The hair sample found in Teslin, Yukon earlier last month (July 2005) did not come from the elusive Sasquatch, but rather from a bison.
"The DNA profile of the hair sample we received from the Yukon earlier this week clearly matches reference DNA profiles from North American bison," said Dr. David Coltman, a wildlife geneticist in the Department of Biological Sciences at the University of Alberta.
The tuft of coarse brown hair was sent to the University of Alberta July 18 after Dr. Coltman offered to conduct DNA testing. The sample has undergone rigorous analysis, including using a chemical solution to separate the DNA material from the hair shaft. The gene sequences were then studied and compared to known sequences of other animals.
The DNA sequence from the Teslin hair sample produced a 100% match with known bison sequences. It also bore little similarity to other groups of mammals such as primates or carnivores.
Previous results from analysis done by the Yukon Department of Environment suggested the hair came from a bison. The clump of hair was taken from the bush earlier this month near the small Yukon community of Teslin. Witnesses claimed to have spotted a large, furry human-like figure late one night that left behind broken tree branches, large footprints and a clump of hair.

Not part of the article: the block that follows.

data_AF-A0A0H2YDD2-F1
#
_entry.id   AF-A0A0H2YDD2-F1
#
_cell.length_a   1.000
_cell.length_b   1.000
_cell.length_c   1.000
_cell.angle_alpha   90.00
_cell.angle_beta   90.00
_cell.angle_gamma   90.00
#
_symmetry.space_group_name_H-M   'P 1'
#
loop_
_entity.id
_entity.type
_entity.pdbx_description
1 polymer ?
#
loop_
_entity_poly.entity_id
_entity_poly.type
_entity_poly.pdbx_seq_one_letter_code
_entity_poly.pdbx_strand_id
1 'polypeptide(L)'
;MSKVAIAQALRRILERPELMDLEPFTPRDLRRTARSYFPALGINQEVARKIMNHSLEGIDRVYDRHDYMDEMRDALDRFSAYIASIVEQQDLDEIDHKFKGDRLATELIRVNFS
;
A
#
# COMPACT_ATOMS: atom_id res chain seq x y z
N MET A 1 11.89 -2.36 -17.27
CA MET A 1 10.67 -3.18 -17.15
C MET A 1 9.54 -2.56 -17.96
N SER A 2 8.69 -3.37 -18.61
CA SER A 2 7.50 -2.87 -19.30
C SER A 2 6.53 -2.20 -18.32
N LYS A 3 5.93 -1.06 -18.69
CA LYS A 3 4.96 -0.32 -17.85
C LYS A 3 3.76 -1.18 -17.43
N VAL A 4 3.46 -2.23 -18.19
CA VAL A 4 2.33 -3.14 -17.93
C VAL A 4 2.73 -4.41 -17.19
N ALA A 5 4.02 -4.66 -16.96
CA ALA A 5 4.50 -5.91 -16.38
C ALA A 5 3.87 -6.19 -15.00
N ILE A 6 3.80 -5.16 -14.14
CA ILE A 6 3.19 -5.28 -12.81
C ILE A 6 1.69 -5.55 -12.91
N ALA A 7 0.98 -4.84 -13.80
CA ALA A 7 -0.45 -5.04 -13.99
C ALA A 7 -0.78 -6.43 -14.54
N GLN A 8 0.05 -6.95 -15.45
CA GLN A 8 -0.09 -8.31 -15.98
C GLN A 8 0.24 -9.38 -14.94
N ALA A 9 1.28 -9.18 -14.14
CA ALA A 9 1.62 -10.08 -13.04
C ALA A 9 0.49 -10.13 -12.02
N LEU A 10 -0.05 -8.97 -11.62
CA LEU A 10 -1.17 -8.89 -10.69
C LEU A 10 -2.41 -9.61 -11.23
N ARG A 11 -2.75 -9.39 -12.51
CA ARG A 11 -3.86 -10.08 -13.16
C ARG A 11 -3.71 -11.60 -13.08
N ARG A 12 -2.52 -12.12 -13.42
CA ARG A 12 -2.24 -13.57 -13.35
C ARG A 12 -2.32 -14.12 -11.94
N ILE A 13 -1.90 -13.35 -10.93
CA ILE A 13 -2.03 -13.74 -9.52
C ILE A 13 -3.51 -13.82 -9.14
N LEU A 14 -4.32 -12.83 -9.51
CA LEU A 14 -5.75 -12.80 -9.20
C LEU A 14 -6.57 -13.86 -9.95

For a few days Dr. Coltman and Dr. Corey Davis were not certain they would find anything, as the DNA in the sample was highly degraded and of very low quality. It took repeated attempts to amplify sufficient mitochondrial DNA for sequencing, which is inconsistent with the idea that the hair sample was recently separated from its owner.
The extent of degradation of this sample would be consistent with longer-term, over-winter exposure to moisture and direct sunlight, or the consequence of the tanning process that is used to preserve hides and trophy mounts.
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